a family picking up trash in the park
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Volunteering together can be a great way for families to spend time with each other.  Additionally, volunteering as a family has been shown to significantly impact the amount teens volunteers. America’s Promise found that 81% of teens who had one adult family member or role model who volunteered reported volunteering themselves (Child Trends, 2006).

If volunteering is new to your family, be sure to take some time to discuss each other’s interests and what you might be interested in doing. Take time to learn about some of the needs in your community  from your local schools, libraries, animal shelters, non-profits, and park districts. Once you learn about some local needs, brainstorm ways you could help. Be sure to think about the time you have available, the abilities and interests of your family members, and the logistics of the project you would like to help with. Once you have identified and made a plan for your project, make sure to carry it out. For more specifics on how to get your family involved in volunteering, check out the “Volunteering: A learning opportunity” article from Minnesota Extension.

If you are struggling to think of ideas, there are many great resources online to help you learn more about the great opportunities and organizations for families to volunteer. Schools are one place that are always looking for volunteers. Now is a great time to check with your local schools to see what volunteer opportunities are available. Here are some ideas to check out at schools:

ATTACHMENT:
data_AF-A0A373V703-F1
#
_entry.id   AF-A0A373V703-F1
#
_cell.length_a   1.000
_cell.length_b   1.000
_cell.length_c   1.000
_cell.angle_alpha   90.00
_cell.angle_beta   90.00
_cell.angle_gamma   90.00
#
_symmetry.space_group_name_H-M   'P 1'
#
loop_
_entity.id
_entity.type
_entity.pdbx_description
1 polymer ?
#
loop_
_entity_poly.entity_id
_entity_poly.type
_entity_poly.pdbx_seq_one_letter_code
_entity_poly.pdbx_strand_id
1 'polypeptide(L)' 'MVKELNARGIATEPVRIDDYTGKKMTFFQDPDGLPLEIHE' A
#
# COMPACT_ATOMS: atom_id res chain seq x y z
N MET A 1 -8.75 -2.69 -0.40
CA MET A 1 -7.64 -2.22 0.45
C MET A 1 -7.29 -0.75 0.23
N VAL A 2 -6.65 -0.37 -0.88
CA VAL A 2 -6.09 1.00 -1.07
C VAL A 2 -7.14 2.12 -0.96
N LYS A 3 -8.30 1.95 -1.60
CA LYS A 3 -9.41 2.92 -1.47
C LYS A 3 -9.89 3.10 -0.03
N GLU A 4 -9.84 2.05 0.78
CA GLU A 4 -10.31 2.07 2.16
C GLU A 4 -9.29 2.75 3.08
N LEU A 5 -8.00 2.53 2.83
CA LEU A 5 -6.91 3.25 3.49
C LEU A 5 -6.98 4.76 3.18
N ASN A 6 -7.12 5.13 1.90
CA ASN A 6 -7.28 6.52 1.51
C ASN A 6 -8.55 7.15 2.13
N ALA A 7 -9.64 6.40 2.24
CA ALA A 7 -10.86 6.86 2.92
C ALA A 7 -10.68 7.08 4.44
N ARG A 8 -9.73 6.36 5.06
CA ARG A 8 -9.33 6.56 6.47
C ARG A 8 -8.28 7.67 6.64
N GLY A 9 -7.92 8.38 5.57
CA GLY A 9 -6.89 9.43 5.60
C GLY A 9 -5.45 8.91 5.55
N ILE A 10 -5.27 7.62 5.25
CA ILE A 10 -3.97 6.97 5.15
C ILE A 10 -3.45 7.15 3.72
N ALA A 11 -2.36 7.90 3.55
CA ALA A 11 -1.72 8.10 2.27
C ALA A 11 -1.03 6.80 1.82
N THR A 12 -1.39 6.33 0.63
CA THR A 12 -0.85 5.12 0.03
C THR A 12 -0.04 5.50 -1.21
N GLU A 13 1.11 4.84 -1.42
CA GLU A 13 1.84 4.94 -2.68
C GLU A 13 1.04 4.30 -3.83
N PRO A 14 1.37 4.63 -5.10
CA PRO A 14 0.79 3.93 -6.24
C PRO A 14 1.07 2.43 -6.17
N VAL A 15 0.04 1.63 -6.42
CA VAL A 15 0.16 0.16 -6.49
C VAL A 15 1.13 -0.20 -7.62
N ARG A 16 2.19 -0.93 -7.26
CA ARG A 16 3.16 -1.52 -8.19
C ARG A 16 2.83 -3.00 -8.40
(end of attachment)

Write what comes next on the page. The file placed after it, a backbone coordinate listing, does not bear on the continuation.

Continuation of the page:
• Hold a used book sale and donate the money.
  • Tutor students who are learning English as a second language.
  • Make new kid survival kits for new students at the school.
  • Collect school supplies to give to kids who need them.
  • Form a study group to help kids with their school work.
  • Collect children's books for the library
  • Tutor a student that needs help learning English or some other subject.

If you are interested in more volunteer ideas, check out this amazing collection of 366 community service ideas from our colleagues in Nebraska Extension.

 

MEET THE AUTHOR

Judy Schmidt provides leadership to 4-H metro programming in Peoria County. Schmidt joined Extension in 2001, working as a Youth Development Educator at the East Peoria Center and joined the Fulton-Mason-Peoria-Tazewell Unit in 2011. Her work focuses on 4-H youth development programming in the local metropolitan area, specifically leading positive youth development initiatives for after-school programs, community groups, 4-H clubs, and other youth-serving organizations. Her areas of expertise include positive youth development principles, youth leadership, and work with teens as teachers.

Schmidt attended the University of Illinois at Urbana-Champaign for her bachelor's degree in psychology and also for her master's degrees in Social Work and Marriage and Family Therapy. She is a certified facilitator of the Matrixx System/Real Colors program by the National Curriculum and Training Institute.

ABOUT THE BLOG

Connection Corner: is a blog that provides timely information, activities, and resources to help you stay connected to loved ones, the world around you, and yourself.